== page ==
National Labor Relations Board v. BANK OF AMERICA, ETC. , 130 F.2d 624 ( 1942 )


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  • 130 F.2d 624 (1942)

    NATIONAL LABOR RELATIONS BOARD
    v.
    BANK OF AMERICA NAT. TRUST & SAVINGS ASS'N.

    Nos. 9784, 9785.

    Circuit Court of Appeals, Ninth Circuit.

    September 14, 1942.
    Rehearing Denied December 17, 1942.

    *625 Robert B. Watts, Gen. Counsel, Ernest A. Gross, Associate Gen. Counsel, Gerhard P. Van Arkel, Asst. Gen. Counsel, and Frank Donner, Atty., N. L. R. B., all of Washington, D. C., Richard A. Perkins, Regional Atty., N. L. R. B., of San Francisco, Cal., for petitioner.

    Louis Ferrari and G. D. Schilling, both of San Francisco, Cal., and Edmund Nelson, of Los Angeles, Cal., for respondent.

    Before WILBUR, STEPHENS, and HEALY, Circuit Judges.

    HEALY, Circuit Judge.

    These cases are here on petitions of the National Labor Relations Board for the enforcement of orders issued pursuant to § 10(c) of the National Labor Relations Act, 29 U.S.C.A. § 160(c). In case No. 9784 the Board found that the respondent violated § 8(1) and (3) of the Act, 29 U.S.C.A. § 158(1, 3) by the discriminatory discharge of an employee, and in No. 9785 that it violated the same provisions by the discharge of a group of employees and by certain other inhibited conduct.

    Respondent is a national banking association having its main office in San Francisco and transacting business at 493 branches in 307 California communities and at a branch in London. In the proceedings before the Board it interposed two jurisdictional defenses, the first of which is that it is not engaged in commerce within the meaning of § 2(6)[1] and that its operations do not affect commerce within the intendment of § 2(7)[2] of the Act. The second defense is that respondent is not an "employer," as that term is defined in the statute.

    1. The Board found against respondent on the jurisdictional issue. Its findings in this respect proceed upon uncontroverted evidence.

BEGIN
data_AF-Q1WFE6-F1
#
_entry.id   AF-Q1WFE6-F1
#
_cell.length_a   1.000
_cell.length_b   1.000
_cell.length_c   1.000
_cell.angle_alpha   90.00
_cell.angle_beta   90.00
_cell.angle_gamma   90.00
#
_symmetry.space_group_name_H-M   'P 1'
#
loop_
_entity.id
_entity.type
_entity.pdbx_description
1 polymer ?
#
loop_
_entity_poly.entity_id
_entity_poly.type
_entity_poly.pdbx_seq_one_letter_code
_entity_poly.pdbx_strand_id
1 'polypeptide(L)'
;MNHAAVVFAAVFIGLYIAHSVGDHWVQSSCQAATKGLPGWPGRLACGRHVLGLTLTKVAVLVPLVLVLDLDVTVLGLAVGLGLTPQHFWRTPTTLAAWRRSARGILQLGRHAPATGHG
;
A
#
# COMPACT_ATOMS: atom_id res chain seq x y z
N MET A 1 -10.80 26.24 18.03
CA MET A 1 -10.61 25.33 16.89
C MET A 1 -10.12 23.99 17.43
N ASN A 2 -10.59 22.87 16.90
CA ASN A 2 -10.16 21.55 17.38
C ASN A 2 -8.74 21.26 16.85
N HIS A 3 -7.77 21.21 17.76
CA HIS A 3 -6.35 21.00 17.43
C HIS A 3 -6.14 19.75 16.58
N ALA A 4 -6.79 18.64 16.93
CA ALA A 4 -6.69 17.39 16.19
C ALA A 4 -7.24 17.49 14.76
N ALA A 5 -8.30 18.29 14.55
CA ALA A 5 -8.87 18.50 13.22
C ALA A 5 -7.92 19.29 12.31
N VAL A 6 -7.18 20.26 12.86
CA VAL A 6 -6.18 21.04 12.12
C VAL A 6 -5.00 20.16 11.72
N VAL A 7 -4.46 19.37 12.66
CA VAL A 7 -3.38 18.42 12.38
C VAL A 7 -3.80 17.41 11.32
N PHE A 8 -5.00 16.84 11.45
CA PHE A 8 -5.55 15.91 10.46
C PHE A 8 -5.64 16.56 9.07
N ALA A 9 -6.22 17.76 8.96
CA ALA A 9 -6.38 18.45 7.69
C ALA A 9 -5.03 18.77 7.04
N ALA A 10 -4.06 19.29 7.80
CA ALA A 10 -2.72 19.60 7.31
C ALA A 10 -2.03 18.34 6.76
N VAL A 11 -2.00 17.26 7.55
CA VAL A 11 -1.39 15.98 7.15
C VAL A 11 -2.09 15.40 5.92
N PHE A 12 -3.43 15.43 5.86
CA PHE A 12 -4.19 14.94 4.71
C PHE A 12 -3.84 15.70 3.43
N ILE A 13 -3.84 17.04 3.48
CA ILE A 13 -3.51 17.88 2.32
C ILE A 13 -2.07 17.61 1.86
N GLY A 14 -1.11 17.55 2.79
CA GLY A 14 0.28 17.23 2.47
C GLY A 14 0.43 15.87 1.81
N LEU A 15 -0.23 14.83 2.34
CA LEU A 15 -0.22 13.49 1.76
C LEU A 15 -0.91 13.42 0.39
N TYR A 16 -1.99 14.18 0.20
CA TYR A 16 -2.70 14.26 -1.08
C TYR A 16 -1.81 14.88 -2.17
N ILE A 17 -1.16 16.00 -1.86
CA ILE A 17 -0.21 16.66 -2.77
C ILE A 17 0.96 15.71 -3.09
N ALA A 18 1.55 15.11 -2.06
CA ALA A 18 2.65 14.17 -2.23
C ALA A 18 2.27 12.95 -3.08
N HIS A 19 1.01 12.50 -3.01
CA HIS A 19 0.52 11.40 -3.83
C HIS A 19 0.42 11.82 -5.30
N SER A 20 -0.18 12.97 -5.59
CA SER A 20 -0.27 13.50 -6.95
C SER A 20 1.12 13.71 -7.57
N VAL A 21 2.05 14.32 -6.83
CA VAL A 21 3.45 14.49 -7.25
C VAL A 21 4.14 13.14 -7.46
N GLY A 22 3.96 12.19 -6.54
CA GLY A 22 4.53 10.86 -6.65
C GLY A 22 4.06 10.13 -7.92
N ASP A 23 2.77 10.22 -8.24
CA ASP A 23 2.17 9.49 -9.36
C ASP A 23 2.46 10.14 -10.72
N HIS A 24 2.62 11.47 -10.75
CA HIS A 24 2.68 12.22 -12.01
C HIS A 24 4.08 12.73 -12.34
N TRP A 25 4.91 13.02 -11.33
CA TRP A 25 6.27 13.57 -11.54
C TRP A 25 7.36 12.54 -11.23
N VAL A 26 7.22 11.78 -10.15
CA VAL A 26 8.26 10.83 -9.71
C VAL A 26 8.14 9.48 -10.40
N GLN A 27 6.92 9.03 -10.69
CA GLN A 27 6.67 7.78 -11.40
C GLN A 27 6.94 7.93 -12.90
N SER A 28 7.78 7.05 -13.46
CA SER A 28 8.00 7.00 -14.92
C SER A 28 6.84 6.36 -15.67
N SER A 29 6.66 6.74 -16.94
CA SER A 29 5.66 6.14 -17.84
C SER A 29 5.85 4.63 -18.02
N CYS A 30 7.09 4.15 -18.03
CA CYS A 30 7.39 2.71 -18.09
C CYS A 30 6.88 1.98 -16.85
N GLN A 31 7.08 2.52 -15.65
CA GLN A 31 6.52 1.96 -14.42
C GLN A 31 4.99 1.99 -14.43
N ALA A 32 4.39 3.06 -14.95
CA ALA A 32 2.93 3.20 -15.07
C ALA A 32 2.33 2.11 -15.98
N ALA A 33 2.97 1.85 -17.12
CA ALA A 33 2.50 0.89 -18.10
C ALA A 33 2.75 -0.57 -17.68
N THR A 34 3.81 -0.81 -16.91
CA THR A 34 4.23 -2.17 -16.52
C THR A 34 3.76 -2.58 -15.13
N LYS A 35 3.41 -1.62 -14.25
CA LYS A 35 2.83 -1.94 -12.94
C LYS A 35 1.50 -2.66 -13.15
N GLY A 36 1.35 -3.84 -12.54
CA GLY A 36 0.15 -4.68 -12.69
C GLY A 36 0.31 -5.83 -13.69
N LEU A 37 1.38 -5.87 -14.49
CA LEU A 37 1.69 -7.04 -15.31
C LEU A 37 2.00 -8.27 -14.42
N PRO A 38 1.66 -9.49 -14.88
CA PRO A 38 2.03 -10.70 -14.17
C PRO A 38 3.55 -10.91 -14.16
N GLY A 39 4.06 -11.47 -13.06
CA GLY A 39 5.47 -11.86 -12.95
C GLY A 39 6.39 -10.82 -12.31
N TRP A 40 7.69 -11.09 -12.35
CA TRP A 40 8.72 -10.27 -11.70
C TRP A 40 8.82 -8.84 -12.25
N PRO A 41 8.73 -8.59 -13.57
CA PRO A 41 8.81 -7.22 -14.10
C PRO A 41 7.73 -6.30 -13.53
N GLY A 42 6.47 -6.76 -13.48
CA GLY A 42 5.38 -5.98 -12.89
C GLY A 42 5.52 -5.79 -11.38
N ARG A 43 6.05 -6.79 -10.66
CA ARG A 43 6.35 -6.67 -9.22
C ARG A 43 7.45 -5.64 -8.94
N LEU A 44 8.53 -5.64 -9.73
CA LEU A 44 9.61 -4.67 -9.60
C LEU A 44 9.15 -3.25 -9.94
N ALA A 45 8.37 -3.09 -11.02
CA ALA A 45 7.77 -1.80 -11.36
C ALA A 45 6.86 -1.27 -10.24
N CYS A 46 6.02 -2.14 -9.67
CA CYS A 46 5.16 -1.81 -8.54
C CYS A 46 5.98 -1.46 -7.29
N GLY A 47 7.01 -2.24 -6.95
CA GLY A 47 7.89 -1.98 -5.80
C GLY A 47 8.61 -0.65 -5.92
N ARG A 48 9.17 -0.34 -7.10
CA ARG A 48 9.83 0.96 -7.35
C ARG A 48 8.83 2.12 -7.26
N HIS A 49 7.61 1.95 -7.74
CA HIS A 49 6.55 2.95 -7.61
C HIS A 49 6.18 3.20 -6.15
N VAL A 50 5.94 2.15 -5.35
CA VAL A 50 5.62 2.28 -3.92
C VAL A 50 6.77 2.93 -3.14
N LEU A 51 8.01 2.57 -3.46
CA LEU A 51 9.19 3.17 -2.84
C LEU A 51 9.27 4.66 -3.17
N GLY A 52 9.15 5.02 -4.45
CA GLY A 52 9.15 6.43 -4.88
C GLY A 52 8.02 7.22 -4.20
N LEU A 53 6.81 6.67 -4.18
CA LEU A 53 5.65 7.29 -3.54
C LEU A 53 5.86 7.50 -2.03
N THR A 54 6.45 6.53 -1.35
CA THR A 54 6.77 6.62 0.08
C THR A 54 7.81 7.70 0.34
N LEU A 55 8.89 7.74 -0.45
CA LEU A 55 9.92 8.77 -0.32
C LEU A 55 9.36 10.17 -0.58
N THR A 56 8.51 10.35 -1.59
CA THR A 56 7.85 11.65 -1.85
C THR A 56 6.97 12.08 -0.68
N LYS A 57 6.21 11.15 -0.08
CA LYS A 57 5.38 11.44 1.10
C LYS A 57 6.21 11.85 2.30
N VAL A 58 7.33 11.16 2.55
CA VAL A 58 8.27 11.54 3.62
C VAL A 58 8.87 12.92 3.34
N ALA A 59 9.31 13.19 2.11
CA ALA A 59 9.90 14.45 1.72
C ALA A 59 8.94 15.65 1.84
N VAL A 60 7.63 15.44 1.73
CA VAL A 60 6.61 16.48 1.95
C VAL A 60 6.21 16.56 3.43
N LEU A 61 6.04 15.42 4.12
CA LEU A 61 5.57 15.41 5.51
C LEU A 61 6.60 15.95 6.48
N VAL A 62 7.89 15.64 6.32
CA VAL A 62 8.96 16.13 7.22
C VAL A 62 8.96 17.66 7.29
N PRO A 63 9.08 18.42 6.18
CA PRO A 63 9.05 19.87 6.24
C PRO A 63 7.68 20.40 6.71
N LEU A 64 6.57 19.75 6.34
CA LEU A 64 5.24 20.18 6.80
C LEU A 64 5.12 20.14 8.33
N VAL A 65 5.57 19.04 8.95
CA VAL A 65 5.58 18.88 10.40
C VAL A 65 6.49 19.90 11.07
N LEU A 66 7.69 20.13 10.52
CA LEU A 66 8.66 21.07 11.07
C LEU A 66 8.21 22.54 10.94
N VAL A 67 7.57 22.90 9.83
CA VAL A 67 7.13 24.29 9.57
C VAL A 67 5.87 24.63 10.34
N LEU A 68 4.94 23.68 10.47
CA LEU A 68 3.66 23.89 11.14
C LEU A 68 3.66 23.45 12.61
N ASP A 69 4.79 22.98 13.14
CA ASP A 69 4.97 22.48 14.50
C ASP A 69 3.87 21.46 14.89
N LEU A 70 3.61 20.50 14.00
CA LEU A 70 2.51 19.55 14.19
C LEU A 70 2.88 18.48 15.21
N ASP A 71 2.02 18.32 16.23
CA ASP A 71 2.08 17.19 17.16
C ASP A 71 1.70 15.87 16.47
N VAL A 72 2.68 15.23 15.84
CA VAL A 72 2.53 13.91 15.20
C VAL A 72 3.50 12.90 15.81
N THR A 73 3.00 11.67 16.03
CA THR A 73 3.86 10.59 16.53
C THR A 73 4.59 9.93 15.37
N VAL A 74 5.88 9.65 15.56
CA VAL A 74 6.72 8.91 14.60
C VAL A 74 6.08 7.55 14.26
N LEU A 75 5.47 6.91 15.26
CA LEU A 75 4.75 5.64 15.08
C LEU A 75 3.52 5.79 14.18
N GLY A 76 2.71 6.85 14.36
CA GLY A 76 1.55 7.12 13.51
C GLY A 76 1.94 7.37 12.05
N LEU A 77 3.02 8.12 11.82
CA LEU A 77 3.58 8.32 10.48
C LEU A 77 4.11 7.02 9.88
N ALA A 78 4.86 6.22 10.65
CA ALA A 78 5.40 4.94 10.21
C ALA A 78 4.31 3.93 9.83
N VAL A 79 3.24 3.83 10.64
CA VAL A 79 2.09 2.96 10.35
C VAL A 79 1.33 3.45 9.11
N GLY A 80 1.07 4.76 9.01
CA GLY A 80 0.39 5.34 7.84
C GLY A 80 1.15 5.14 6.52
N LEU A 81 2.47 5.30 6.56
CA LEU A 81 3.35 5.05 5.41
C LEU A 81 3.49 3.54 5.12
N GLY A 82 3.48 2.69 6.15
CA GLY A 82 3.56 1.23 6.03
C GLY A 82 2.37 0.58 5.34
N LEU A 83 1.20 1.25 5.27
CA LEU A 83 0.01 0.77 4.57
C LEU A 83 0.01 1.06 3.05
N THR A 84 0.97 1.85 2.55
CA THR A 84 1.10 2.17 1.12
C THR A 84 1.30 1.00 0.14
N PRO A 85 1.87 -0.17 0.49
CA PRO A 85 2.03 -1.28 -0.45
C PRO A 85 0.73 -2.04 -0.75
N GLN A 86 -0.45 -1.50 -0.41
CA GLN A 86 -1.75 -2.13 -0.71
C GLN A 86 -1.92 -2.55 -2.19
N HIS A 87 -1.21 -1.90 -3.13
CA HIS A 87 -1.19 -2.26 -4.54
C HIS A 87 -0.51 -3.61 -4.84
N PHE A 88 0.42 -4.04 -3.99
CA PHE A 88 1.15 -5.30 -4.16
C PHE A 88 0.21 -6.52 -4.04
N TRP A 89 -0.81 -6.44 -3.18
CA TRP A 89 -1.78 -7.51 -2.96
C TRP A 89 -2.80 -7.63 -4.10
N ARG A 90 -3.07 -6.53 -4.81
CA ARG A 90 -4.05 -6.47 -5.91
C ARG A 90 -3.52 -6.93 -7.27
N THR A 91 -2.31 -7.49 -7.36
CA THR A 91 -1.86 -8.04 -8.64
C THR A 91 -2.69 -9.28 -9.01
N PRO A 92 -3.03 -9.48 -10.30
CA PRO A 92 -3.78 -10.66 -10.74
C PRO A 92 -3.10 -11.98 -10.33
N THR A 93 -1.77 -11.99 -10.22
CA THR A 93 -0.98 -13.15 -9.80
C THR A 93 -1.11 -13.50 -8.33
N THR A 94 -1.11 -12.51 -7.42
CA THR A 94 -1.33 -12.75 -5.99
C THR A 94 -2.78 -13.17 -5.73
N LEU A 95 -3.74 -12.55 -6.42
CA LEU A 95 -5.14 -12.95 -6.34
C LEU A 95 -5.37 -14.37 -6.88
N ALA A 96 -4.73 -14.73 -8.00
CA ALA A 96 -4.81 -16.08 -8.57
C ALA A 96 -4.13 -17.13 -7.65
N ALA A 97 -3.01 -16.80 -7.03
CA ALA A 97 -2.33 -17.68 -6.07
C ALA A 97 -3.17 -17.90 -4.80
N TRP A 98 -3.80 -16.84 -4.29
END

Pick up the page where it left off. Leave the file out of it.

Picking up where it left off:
Respondent is one of the ten largest banks in the world and one of the five largest in this country. At the end of 1937 its total resources amounted substantially to a billion and a half dollars, and its capital, surplus, and undivided profits to over 109 million dollars. It had on deposit with banks in New York, Chicago, and other cities almost 80 million dollars, and had outstanding liabilities of almost 24 million dollars for letters of credit and acceptances and foreign bills on which it was the acceptor, endorser, or maker. It had commercial deposits of over 565 million dollars and loans and discounts outstanding of over 630 million dollars.

    In addition to conducting a general commercial banking business respondent offers trust services, small loans, foreign banking, savings banking, and safety deposit boxes. Like any commercial bank, it transmits *626 funds for its customers from one part of the country to another by the drawing of drafts upon its correspondent banks. It has such correspondents in at least 34 states of the Union and in one territory. It finances the current business operations of its customers, whether they are engaged in agriculture, industry, or commerce, beginning with the production and proceeding through the distribution and marketing of their products. It issues letters of credit and bank drafts, secured by bills of lading or warehouse receipts — standard instruments for the facilitation of domestic and foreign commerce. It trades in foreign exchange. It supplies the capital requirements of every type of industrial and commercial enterprise both through supporting the underwriting and distribution of securities by investment bankers and by maintaining a market for commercial paper. It facilitates the sale and shipment of goods in the channels of commerce through the discounting of trade acceptances; and through a checking system it provides for its customers a means of payment for goods and services which eliminates the necessity and delay of the actual shipment of currency from one part of the country to another. Through its correspondent banks and the Federal Reserve System it participates in a worldwide collection and check clearance system which facilitates commercial transactions. It furnishes fiduciary services, supplies credit information to other banks, acts as fiscal agent for others, handles the transfer and registration of corporate stocks, etc.

    The nature and extent of the facilities afforded by a banking institution of the size and spread of respondent are too well known to warrant further exploration of the findings. That respondent's activities lend vital support to the commercial life of the nation is of course beyond debate. The impact upon commerce of the partial or complete cessation of its banking operations would be felt immediately throughout the country, and indeed the world. Shipments of merchandise and manufactured wares covered by bills drawn for the acceptance of respondent would be halted; and similar results would follow upon a cessation of its other credit activities. It is immaterial that substitute service might be obtained elsewhere, National Labor Relations Board v. Bradford Dyeing Ass'n, 310 U.S. 318, 326, 60 S. Ct. 918, 84 L. Ed. 1226. The dependence of commerce upon the continuity of credit furnished by these great banking institutions is as marked as was its dependence upon the electric energy furnished by the intrastate utilities involved in Consolidated Edison Co. v. N. L. R. B., 305 U.S. 197, 59 S. Ct. 206, 83 L. Ed. 126. While credit services, considered as aids to commerce, may be less tangible than is electric current, for present purposes the differences would appear to be immaterial.